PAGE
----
Fight climate change by eating less meat

To the editor: I couldn't agree more that we have to address our diet in order to solve the climate problem. Studies show that animal agriculture creates more greenhouse gas emissions than the transportation sector. ("Latest climate change battle may center on food pyramid," Jan. 18)

Animal agriculture is causing devastating resource depletion. Water is one example.


A milking dairy cow drinks at least 30 gallons of water a day. We drink half a gallon a day. The meat in one hamburger requires more than 600 gallons of water. Not eating animal products has immediate results for helping to save our planet.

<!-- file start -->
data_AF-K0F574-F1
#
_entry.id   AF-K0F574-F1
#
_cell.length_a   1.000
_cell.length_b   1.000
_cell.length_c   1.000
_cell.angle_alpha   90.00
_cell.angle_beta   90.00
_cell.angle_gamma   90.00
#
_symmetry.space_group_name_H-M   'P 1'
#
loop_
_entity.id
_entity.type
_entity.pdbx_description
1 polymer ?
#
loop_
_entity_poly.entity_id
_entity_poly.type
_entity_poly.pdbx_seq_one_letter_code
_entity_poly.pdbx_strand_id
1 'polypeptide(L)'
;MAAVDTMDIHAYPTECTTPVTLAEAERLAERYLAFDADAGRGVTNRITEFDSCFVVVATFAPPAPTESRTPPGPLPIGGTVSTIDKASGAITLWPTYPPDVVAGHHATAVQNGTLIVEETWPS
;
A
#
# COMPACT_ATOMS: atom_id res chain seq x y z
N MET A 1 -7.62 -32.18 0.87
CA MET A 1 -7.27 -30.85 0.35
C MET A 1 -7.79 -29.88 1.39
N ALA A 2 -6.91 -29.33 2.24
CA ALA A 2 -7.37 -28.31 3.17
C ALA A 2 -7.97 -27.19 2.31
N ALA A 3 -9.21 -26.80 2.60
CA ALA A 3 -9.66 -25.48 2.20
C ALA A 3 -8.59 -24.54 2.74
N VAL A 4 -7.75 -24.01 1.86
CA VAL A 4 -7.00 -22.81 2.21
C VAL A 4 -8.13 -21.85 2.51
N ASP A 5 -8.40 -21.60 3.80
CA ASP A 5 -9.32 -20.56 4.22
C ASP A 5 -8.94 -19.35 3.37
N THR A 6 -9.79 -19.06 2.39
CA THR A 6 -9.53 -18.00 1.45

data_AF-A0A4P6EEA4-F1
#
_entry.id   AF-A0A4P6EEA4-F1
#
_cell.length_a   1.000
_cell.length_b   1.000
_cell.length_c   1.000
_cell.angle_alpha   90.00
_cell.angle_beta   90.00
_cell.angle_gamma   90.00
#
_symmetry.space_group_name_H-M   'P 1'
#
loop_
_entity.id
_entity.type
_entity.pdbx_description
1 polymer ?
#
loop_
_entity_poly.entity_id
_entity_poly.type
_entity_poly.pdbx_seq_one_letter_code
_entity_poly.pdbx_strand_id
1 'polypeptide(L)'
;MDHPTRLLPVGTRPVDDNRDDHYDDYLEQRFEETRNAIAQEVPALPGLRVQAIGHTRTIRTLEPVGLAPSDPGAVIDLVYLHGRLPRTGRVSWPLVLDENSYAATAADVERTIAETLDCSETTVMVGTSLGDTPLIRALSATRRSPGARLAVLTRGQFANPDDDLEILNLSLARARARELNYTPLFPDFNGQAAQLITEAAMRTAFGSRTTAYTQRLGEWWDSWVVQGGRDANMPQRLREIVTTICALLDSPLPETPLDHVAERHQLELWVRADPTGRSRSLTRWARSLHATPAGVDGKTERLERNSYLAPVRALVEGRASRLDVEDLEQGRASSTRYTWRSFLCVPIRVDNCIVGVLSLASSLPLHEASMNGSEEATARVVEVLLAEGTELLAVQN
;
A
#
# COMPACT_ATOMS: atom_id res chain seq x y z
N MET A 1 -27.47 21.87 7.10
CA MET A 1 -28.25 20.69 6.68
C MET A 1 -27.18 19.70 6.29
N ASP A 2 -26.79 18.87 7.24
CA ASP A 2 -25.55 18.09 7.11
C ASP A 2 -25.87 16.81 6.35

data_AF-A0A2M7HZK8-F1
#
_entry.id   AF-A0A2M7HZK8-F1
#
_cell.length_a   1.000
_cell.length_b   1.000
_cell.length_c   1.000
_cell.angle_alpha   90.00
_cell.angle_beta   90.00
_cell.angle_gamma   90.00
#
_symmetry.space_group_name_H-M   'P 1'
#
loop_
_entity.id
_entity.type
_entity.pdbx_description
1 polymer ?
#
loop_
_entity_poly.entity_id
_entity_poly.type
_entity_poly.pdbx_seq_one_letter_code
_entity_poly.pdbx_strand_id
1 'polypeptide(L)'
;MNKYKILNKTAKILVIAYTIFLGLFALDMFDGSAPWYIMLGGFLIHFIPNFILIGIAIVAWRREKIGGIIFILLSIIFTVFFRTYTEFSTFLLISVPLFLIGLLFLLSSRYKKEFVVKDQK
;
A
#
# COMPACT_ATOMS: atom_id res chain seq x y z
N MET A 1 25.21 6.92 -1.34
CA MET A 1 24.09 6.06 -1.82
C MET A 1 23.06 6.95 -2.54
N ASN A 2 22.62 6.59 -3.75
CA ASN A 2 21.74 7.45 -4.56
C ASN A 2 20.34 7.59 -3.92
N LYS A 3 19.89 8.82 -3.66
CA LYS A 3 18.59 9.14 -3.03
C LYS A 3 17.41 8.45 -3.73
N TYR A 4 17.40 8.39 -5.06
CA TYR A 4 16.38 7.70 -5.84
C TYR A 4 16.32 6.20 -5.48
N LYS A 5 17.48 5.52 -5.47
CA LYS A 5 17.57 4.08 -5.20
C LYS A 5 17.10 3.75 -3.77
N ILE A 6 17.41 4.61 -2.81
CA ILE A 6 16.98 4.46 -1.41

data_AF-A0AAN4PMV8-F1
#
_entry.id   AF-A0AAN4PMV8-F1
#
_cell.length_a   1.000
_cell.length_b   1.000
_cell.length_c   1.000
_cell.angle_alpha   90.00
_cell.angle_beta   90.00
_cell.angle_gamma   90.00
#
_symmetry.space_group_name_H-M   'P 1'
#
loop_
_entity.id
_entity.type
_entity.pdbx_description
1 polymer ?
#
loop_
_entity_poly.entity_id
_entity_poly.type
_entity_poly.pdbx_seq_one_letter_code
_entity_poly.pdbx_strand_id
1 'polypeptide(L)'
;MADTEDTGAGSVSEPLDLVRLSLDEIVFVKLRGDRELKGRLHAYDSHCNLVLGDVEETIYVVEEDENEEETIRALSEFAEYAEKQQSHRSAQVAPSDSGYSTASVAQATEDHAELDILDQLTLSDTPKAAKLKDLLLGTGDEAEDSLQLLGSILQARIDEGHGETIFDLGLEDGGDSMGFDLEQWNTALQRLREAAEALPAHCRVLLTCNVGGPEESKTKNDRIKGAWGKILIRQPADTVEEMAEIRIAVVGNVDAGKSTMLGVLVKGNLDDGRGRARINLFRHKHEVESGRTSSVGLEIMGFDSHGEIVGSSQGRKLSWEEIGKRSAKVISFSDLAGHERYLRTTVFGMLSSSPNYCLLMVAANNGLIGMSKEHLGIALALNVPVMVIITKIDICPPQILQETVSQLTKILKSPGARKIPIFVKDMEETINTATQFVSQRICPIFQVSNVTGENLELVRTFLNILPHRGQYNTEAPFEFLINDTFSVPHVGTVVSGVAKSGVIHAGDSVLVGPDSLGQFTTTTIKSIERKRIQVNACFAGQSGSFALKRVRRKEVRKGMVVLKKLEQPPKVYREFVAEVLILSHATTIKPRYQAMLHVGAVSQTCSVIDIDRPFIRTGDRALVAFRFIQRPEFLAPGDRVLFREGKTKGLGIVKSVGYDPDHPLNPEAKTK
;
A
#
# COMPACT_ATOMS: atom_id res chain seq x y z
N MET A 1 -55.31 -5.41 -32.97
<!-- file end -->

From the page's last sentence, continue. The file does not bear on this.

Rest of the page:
The article quotes Daren Bakst from the Heritage Foundation as saying there's an anti-meat agenda. It seems to me there's an anti-truth agenda about meat and the climate.

Louise Russell, San Diego


To the editor: So the nutritional standards for meat may change to account for greenhouse gases even though the reason for doing so has nothing to do with the effect of beef on my body.

OK, why stop there? According to the Economist, China's one-child policy has been the fourth most significant greenhouse gas reduction "policy." Let's have a government initiative to limit the number of children Americans can have so as to reduce greenhouse gases.

Rather than compromising nutritional standards, let's change our existing federal policies that subsidize meat production by underpricing grazing rights and providing essentially free water for growing alfalfa. Better yet, impose an across-the-board per-ton carbon fee (also applicable to livestock) and let the market sort out the most efficient ways to reduce greenhouse gases.

Norm King, Palm Springs

Follow the Opinion section on Twitter @latimesopinion